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Recent public awareness campaigns targeting both teens and adult drivers have resulted in a greater awareness associated with texting and driving. Even knowing that texting while driving makes a crash 23 times more likely to occur, nearly 40 percent of adults habitually continue to text while they drive. National statistics state that at any time of the day about 9 percent of drivers are talking on the cell phone resulting in about 26 percent of all car crashes involving cell phone use.

The popularity of mobile devices has had some unintended and even dangerous consequences. We now know that mobile communications are linked to a significant increase in distracted driving, resulting in injury and loss of life.

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  • The Virginia Tech Transportation Institute found that text messaging creates a crash risk 23 times worse than driving while not distracted.
  • In 2012 The National Highway Traffic Safety Administration reported that driver distraction was caused 18 percent of all fatal crashes – with 3,328 people killed – and crashes resulting in an injury – with 421,000 people wounded.
  • Forty percent of all American teens say they have been in a car when the driver used a cell phone in a way that put people in danger, according to a Pew survey.
  • Eleven percent of drivers aged 18 to 20 who were involved in an automobile accident and survived admitted they were sending or receiving texts when they crashed.

The National Highway Transportation Safety Administration study found that texting while driving is the equivalent of driving after having four beers. Every month some 171.3 billion-text messages are sent in the United States alone, often with fatal consequences. No matter how quick you believe you are, texting requires cognitive, visual, and manual attention that is directly siphoned from your driving skills. According to the Institute for Highway Safety Fatality Facts, nearly 25 percent of all car accidents are caused by texting and driving. The Cohen Children’s Medical Center in New York’s 2013 study found that 300,000 teens are injured and more than 3,000 die each year as a result of sending a text message while behind the wheel. Approximately 11 teens lose their life every day because of texting and driving, overtaking drunk driving as the leading cause of death for America’s teenagers.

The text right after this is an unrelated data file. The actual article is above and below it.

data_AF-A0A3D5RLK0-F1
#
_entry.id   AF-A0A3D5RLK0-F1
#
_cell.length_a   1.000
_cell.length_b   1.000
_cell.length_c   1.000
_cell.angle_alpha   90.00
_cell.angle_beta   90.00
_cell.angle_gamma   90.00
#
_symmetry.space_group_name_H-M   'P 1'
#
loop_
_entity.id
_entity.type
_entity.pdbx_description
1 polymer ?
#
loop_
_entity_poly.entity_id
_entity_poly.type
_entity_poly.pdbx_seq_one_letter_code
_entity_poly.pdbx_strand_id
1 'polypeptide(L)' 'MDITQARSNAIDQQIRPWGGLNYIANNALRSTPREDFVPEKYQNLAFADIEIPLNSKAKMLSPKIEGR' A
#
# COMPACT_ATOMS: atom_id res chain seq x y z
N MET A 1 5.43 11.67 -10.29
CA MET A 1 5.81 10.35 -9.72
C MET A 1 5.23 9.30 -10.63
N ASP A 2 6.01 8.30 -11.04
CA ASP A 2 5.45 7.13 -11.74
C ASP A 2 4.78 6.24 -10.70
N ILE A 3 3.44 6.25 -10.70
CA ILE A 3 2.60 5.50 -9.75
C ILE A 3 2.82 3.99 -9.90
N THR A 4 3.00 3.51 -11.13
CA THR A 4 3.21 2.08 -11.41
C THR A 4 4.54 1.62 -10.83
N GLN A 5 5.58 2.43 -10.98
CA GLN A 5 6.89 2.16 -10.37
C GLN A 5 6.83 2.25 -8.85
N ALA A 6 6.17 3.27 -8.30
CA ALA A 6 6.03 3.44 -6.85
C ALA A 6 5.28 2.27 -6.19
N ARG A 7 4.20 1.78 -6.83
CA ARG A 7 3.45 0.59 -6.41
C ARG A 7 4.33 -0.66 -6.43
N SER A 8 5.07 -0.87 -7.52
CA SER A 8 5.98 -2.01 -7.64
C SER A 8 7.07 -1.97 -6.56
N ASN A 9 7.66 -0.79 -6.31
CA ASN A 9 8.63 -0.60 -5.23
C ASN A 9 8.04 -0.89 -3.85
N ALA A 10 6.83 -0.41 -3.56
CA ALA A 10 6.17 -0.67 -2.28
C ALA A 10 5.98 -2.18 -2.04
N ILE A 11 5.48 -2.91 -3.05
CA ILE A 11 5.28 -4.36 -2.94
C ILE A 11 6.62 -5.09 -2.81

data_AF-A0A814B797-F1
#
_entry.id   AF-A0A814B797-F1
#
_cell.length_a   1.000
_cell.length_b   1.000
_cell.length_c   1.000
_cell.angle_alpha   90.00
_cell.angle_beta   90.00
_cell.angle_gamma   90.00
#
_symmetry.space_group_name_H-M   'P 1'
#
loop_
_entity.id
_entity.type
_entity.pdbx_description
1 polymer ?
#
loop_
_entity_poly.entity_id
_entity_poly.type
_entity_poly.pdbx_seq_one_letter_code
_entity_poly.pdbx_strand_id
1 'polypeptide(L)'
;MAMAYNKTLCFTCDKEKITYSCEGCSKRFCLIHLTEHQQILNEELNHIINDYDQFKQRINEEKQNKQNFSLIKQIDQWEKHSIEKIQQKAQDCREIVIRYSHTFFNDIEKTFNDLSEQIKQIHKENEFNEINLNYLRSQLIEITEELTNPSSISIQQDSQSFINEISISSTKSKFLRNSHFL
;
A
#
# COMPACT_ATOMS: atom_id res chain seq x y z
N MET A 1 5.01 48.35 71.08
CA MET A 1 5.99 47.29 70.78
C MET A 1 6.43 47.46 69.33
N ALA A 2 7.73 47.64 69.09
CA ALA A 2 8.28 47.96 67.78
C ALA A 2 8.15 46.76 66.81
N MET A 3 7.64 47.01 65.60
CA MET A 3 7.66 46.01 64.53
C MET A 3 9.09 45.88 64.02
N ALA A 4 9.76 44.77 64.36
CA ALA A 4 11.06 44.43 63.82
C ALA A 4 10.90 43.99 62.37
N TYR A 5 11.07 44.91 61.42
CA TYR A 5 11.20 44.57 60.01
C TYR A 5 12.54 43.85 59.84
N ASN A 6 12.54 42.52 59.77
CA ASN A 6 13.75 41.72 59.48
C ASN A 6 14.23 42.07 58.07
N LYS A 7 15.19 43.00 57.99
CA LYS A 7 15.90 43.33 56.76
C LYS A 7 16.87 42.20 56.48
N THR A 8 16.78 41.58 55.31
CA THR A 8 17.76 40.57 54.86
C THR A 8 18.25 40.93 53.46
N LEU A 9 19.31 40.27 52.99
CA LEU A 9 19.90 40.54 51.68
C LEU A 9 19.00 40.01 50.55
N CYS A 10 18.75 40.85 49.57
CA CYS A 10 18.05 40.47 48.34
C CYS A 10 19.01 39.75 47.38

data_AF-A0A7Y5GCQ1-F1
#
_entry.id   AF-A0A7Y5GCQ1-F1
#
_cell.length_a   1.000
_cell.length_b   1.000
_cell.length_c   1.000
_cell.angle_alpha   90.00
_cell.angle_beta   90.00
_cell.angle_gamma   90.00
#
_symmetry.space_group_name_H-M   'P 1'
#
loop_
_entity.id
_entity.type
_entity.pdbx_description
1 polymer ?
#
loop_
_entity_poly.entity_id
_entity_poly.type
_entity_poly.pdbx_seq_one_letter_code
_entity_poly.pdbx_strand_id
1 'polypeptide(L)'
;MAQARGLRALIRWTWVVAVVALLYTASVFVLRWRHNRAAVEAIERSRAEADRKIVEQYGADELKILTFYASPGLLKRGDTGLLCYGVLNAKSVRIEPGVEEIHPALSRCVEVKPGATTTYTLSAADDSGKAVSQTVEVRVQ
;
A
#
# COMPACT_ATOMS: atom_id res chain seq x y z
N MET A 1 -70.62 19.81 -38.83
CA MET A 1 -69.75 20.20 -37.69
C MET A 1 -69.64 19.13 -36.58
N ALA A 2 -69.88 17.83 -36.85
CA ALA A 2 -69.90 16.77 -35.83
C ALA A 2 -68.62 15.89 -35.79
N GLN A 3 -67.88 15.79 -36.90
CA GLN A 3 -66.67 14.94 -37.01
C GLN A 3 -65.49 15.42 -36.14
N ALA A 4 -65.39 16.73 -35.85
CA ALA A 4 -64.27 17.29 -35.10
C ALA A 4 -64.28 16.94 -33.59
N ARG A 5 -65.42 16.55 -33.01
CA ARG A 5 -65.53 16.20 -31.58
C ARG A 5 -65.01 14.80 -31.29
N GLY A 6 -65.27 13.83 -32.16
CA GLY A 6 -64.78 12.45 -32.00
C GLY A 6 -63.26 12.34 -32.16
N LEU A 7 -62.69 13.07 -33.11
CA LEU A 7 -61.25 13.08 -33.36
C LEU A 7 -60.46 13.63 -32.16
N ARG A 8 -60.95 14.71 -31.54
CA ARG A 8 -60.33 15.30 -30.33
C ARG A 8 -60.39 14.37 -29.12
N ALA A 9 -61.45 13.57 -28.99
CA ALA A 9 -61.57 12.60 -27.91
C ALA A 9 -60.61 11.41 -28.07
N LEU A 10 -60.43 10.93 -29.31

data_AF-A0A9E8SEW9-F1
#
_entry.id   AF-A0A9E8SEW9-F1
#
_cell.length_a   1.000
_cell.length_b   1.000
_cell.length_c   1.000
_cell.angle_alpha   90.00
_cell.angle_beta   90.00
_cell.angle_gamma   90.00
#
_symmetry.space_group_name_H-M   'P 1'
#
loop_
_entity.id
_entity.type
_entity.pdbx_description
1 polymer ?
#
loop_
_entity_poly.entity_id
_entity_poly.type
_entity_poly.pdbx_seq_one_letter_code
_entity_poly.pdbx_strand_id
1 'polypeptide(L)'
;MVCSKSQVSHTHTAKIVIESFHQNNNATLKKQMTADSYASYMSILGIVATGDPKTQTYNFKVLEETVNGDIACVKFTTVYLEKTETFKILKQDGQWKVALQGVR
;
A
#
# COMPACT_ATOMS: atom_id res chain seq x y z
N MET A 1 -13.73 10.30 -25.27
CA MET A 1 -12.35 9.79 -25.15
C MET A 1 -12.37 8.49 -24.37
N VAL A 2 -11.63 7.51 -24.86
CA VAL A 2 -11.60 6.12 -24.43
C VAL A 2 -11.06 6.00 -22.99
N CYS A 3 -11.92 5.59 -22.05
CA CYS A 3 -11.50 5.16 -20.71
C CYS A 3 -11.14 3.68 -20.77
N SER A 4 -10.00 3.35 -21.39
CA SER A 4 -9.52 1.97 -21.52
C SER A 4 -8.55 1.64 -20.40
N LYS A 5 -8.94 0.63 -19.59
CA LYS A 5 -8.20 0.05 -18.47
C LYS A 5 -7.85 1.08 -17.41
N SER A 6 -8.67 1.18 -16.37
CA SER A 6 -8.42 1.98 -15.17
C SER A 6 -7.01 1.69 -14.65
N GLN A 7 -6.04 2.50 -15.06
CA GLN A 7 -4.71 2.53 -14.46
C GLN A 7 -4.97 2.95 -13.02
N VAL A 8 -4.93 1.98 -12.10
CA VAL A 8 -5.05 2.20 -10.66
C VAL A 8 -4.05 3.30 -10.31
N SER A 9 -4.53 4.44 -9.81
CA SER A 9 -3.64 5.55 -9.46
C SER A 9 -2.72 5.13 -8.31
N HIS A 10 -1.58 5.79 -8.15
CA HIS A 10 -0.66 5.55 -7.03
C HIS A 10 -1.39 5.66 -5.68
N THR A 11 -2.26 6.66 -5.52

If you or a loved one are hurt in a car accident and want to learn more about your legal rights contact the lawyers at Rosenbaum & Associates.


On average a driver takes their eyes off the road for 5 seconds to send a text message.

At 55 mph taking five seconds to read a text means that the driver travels the length of a football field without looking at the road.

1 in 4 car accidents involve the use of a cell phone.

Texting and driving is 6 times more likely to get you in an accident than drunk driving. It is actually safer for someone to get wasted and get behind the wheel than to text and do it.

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Teen drivers have a 400% higher chance of being in a car crash when texting while driving than adults.

25% of teens respond to at least one text while driving, every single time.

When polled, 77% of adults and 55% of teenage drivers say that they can easily manage texting while driving.

Can those who send a Text Message be held Liable for a Crash?

Most people know it is illegal in Pennsylvania and New Jersey to use your cell phone while driving to send or receive texts, emails, or messages of any kind.

But a recent Pennsylvania court found under certain circumstances that a person who sends a text to person who is driving can be liable for damages if it contributes to an accident. In order to establish liability against the person sending the text it must be established that the sender knew or have reason to know that person receiving the text is driving and will view the text. A similar ruling was also made by a New Jersey Appellate court.

Although it may be difficult to prove the sender knew the person who sent the text knew the recipient was driving, there may be evidence in the text exchange itself. Cell phone records can be subpoenaed in litigation, so if someone texts you they are driving someone where it would be wise not to have an ongoing text exchange at that time.

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